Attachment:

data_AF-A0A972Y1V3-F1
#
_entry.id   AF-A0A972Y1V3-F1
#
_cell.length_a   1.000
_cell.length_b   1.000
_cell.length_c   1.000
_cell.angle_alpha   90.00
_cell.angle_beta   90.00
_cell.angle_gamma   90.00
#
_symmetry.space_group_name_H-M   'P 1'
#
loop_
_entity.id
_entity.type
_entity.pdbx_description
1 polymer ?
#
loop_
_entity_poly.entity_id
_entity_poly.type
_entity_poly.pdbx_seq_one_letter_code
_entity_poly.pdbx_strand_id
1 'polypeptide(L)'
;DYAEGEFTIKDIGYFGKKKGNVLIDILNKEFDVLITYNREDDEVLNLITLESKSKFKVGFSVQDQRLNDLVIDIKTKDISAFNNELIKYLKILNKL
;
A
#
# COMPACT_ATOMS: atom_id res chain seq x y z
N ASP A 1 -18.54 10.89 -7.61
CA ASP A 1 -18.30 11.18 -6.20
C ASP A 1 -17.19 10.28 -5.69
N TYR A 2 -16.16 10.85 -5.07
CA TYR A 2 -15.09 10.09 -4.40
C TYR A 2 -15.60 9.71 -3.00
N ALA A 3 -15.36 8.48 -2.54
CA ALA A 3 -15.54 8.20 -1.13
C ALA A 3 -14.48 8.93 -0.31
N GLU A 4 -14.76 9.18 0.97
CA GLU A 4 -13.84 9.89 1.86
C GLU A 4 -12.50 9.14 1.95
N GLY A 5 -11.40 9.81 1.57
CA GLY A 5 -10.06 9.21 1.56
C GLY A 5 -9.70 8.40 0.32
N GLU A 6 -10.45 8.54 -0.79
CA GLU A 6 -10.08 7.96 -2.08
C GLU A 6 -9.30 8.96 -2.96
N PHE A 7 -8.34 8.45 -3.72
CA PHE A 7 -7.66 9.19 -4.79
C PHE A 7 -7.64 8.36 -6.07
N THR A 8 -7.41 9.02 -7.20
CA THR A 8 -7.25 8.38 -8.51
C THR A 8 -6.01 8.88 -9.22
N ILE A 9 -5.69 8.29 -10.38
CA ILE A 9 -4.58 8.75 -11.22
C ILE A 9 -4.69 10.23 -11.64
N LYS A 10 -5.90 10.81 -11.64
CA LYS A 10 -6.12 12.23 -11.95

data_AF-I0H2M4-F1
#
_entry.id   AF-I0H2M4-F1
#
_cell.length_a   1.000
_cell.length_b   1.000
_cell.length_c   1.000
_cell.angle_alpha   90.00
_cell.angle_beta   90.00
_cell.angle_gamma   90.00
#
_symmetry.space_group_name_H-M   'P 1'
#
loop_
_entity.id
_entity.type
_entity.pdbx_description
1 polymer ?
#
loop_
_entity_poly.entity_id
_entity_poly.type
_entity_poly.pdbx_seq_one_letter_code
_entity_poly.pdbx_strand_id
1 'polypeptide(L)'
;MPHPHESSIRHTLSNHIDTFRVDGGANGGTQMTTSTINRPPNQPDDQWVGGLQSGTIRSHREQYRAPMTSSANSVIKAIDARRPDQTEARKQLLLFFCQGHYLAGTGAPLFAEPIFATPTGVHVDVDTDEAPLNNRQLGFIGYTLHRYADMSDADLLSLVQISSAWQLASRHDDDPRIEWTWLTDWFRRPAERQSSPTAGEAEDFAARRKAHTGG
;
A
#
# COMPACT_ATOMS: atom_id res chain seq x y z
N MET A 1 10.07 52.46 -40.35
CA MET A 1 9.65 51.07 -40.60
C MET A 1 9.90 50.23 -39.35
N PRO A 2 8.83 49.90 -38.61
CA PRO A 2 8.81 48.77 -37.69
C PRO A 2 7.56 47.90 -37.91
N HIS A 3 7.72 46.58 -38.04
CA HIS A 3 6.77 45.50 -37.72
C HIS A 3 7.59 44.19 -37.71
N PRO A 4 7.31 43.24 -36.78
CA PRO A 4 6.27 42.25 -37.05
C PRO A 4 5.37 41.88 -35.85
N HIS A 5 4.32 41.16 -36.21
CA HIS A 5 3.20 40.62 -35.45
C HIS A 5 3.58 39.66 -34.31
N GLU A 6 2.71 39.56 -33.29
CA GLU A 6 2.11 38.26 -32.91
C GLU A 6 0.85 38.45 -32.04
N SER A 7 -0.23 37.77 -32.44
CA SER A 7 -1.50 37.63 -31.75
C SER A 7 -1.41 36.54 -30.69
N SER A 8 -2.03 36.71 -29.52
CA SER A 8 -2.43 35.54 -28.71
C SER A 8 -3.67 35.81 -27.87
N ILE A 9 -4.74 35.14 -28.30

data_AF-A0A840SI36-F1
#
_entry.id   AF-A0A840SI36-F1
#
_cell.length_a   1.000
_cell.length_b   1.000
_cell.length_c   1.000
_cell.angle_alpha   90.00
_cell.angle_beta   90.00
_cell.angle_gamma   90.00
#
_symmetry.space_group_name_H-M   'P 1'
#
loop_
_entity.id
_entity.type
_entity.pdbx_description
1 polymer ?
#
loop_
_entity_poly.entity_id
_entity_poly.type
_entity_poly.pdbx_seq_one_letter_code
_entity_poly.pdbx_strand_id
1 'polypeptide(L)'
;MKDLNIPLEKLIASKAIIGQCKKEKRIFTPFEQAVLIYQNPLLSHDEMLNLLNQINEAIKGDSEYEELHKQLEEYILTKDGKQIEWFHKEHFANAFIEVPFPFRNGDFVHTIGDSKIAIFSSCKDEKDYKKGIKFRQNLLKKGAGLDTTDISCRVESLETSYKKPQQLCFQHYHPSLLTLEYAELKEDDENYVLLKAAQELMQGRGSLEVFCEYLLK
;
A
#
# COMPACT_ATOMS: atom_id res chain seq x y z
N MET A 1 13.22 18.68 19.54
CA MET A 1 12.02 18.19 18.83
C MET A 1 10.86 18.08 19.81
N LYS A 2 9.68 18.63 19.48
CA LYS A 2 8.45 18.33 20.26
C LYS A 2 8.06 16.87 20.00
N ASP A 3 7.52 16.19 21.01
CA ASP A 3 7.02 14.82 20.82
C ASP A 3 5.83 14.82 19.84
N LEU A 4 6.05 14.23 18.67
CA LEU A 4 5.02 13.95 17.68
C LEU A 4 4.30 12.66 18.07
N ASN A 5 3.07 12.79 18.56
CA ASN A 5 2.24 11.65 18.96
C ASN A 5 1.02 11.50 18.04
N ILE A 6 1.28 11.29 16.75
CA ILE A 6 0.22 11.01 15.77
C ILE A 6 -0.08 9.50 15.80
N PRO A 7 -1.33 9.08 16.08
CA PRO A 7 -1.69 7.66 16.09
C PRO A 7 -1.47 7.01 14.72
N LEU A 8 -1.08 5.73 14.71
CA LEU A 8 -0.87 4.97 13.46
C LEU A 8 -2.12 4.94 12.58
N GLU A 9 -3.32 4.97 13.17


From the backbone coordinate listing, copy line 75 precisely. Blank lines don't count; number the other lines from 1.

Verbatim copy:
_entity.type